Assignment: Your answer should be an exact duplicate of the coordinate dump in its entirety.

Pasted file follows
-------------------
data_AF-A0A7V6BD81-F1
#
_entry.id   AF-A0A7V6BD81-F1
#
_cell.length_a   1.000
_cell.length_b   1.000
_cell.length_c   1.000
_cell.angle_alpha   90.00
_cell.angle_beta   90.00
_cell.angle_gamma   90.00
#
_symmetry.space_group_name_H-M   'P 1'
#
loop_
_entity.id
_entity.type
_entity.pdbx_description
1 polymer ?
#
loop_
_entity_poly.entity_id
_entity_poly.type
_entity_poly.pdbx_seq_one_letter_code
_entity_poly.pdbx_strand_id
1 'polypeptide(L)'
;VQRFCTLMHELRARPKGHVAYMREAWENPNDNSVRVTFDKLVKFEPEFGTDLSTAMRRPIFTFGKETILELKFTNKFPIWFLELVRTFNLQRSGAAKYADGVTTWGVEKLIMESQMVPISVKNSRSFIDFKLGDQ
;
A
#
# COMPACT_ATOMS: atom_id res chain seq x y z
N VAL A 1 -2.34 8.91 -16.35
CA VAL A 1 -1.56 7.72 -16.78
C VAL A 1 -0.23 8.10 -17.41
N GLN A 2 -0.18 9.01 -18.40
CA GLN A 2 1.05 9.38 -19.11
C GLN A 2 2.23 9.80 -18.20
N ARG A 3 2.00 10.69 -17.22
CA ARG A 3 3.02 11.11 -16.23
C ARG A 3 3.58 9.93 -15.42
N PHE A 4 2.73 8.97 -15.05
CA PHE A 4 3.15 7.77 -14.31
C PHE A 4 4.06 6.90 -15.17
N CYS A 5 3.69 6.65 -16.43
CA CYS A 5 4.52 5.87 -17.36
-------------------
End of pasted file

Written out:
data_AF-A0A7V6BD81-F1
#
_entry.id   AF-A0A7V6BD81-F1
#
_cell.length_a   1.000
_cell.length_b   1.000
_cell.length_c   1.000
_cell.angle_alpha   90.00
_cell.angle_beta   90.00
_cell.angle_gamma   90.00
#
_symmetry.space_group_name_H-M   'P 1'
#
loop_
_entity.id
_entity.type
_entity.pdbx_description
1 polymer ?
#
loop_
_entity_poly.entity_id
_entity_poly.type
_entity_poly.pdbx_seq_one_letter_code
_entity_poly.pdbx_strand_id
1 'polypeptide(L)'
;VQRFCTLMHELRARPKGHVAYMREAWENPNDNSVRVTFDKLVKFEPEFGTDLSTAMRRPIFTFGKETILELKFTNKFPIWFLELVRTFNLQRSGAAKYADGVTTWGVEKLIMESQMVPISVKNSRSFIDFKLGDQ
;
A
#
# COMPACT_ATOMS: atom_id res chain seq x y z
N VAL A 1 -2.34 8.91 -16.35
CA VAL A 1 -1.56 7.72 -16.78
C VAL A 1 -0.23 8.10 -17.41
N GLN A 2 -0.18 9.01 -18.40
CA GLN A 2 1.05 9.38 -19.11
C GLN A 2 2.23 9.80 -18.20
N ARG A 3 2.00 10.69 -17.22
CA ARG A 3 3.02 11.11 -16.23
C ARG A 3 3.58 9.93 -15.42
N PHE A 4 2.73 8.97 -15.05
CA PHE A 4 3.15 7.77 -14.31
C PHE A 4 4.06 6.90 -15.17
N CYS A 5 3.69 6.65 -16.43
CA CYS A 5 4.52 5.87 -17.36